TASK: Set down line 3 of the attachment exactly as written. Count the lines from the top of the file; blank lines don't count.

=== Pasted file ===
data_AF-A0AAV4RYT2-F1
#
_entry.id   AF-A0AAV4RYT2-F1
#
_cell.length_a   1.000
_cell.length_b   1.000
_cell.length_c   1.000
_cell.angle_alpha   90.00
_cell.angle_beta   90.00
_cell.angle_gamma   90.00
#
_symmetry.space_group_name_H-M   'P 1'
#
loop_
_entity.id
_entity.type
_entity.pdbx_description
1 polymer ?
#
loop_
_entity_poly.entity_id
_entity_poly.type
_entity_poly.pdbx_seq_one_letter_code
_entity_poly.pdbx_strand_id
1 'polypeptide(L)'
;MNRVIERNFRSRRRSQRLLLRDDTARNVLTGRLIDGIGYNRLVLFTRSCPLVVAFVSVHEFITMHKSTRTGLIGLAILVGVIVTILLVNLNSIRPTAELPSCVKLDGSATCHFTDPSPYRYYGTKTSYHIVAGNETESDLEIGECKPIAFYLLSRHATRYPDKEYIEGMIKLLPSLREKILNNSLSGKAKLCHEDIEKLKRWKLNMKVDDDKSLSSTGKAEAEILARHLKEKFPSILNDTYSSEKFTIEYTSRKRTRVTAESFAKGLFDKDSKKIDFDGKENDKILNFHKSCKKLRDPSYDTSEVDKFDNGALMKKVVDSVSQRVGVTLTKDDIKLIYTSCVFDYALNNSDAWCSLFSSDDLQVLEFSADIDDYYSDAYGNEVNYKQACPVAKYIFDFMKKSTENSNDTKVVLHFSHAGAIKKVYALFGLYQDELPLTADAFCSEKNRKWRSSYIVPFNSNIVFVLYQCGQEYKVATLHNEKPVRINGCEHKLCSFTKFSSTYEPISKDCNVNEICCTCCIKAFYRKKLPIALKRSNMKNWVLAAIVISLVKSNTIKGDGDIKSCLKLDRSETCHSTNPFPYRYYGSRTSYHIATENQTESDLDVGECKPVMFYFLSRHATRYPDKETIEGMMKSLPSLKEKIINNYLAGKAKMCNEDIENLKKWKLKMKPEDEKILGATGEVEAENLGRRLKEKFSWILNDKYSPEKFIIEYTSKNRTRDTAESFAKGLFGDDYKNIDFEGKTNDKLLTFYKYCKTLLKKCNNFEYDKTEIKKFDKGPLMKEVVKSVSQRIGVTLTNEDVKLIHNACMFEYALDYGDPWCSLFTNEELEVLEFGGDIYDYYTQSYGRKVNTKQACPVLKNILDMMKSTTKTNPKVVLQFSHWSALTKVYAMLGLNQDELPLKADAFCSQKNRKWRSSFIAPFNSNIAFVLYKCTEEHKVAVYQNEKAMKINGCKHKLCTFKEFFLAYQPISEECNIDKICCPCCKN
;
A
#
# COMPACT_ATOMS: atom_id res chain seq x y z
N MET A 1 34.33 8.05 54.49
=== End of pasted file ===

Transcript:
_entry.id   AF-A0AAV4RYT2-F1